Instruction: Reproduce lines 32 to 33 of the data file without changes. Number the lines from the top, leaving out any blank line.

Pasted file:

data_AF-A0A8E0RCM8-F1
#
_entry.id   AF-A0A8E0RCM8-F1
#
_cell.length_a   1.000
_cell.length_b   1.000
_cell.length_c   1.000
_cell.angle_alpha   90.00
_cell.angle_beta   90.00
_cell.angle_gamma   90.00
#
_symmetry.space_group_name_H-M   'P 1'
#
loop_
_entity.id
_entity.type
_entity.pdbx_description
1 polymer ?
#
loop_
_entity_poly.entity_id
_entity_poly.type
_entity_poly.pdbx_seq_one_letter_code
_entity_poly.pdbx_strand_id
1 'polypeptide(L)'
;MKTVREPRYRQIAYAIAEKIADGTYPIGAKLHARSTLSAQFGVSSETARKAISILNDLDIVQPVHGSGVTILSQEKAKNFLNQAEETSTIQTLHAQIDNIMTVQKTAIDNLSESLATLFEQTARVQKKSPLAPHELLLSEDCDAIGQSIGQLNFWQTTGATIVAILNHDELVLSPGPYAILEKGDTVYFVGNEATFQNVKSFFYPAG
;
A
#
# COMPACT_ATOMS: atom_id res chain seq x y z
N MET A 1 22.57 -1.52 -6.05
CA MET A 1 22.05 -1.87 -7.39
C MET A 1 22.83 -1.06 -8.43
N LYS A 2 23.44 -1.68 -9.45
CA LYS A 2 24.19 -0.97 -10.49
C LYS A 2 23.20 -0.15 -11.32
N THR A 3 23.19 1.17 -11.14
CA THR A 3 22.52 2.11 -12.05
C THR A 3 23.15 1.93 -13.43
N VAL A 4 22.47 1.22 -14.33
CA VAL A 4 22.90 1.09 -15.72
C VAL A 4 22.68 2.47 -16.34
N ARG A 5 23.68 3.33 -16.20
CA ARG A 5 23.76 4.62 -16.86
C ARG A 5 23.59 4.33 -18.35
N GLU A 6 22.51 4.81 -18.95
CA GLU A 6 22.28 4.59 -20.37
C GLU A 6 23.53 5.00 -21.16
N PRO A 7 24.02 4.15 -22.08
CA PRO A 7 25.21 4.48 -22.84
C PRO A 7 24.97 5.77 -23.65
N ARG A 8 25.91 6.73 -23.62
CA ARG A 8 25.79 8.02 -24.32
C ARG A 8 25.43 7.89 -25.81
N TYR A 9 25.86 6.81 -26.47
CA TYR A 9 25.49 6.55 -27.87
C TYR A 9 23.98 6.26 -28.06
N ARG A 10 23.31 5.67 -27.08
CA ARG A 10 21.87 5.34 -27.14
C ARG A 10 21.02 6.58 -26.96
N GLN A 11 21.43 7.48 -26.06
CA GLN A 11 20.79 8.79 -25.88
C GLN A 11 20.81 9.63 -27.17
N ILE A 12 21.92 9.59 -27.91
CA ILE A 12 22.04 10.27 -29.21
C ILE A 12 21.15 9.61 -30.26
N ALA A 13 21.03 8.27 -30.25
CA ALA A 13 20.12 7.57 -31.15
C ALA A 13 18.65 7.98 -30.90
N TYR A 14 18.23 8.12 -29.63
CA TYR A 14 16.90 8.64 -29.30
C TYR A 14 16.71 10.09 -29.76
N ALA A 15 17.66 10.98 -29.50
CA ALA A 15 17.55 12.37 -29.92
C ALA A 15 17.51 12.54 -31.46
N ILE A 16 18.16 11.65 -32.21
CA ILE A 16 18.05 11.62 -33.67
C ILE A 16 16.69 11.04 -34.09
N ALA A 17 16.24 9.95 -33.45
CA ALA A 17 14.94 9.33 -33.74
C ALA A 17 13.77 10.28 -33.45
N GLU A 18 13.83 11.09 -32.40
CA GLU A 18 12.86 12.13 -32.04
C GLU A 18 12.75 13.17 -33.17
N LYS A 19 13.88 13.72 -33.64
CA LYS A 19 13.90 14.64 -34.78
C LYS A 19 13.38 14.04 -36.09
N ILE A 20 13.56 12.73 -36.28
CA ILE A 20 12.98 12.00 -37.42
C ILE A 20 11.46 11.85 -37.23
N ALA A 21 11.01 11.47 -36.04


CA MET A 1 22.05 -1.87 -7.39
C MET A 1 22.83 -1.06 -8.43